Use of simulation-based mastery learning to improve polypectomy outcomes

Project: Research project

Project Details

Description

The maintenance of a high level of skill is required of healthcare providers performing medical procedures to reduce patient suffering and decrease overall medical costs. Many studies of procedural skills have involved medical trainees and demonstrate the crucial need to change the way doctors are trained. More recently studies also have shown that attending physicians who have been practicing for years have a large variability in their procedural skills. Specifically, a recent study evaluated the ability of gastroenterologists (GI) doctors to remove polyps (polypectomy) from patients during routine colonoscopies for colon cancer screening, with a focus on assessing successful and complete polyp removal. Complete polyp removal is critical because polyps can turn into colon cancer over years. Study results demonstrated a wide variability in the skills of GI doctors in adequately removing polyps, which required some patients to undergo another colonoscopy, need to see another specialist, and resulted in increased procedure time—all of which can affect patient safety.
Medical educators use simulation to increase trainees’ essential knowledge and clinical skills. This approach assures competence without risk of patient harm. Simulation-Based Mastery Learning (SBML), a strict form of competency-based education, has repeatedly resulted in improved performance and patient care quality across a variety of clinical skills (e.g., putting in catheters into large central veins, draining fluid from the lungs). In SBML, each learner must demonstrate a high level of skill in the simulated setting before performing actual patient care. Mastery learning results in uniform learning outcomes with little variability and ensures that only competent personnel deliver patient care.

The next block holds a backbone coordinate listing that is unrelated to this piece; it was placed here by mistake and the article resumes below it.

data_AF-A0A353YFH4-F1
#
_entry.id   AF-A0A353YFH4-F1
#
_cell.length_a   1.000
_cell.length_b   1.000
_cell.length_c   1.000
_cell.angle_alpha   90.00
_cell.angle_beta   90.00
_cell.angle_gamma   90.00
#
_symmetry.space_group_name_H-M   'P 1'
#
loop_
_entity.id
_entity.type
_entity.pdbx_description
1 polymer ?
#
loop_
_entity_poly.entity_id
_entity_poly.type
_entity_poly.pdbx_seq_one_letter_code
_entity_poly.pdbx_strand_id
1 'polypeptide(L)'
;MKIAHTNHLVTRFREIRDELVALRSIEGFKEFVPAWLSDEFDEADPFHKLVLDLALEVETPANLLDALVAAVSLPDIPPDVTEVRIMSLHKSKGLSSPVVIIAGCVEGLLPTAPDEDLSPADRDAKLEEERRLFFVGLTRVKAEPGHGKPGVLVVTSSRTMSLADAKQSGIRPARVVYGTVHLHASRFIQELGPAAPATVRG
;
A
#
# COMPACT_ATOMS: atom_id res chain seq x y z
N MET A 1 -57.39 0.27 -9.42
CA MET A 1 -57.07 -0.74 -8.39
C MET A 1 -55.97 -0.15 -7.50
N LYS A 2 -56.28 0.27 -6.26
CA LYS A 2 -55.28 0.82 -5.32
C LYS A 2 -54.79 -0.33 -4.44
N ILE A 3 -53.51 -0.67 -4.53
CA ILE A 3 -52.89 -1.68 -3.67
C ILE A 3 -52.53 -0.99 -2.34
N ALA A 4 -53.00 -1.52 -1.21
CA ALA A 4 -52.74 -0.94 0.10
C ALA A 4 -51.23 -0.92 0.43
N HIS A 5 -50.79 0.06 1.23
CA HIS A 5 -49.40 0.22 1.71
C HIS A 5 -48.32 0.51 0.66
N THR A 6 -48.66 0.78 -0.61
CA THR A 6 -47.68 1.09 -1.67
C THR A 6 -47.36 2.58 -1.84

The objective of this research project is to teach attending gastroenterologists using simulation technology and the mastery learning model with the aim of improving colon polyp removal skills and patient safety, and reducing healthcare costs. Our overall hypotheses are that SBML improves physician knowledge, promotes skill acquisition and retention, and improves clinical outcomes of polyp removal.
Specific aims
Aim 1: Develop a Simulation-based Mastery Learning (SBML) curriculum designed to improve polypectomy skills among gastroenterologists.
Aim 2: Evaluate skill acquisition, skill retention, and need for retraining at six and 12 months among gastroenterologists completing the SBML polypectomy curriculum on both simulator-based and actual videorecorded patient polypectomies.
Aim 3: Assess total procedure time, need for repeat colonoscopy, and hospital costs for patients receiving a polypectomy before and after the SBML training of gastroenterologists.
StatusActive
Effective start/end date6/1/203/31/22

Funding

  • National Institute of Diabetes, Digestive and Kidney Diseases (1R21DK124816-01)

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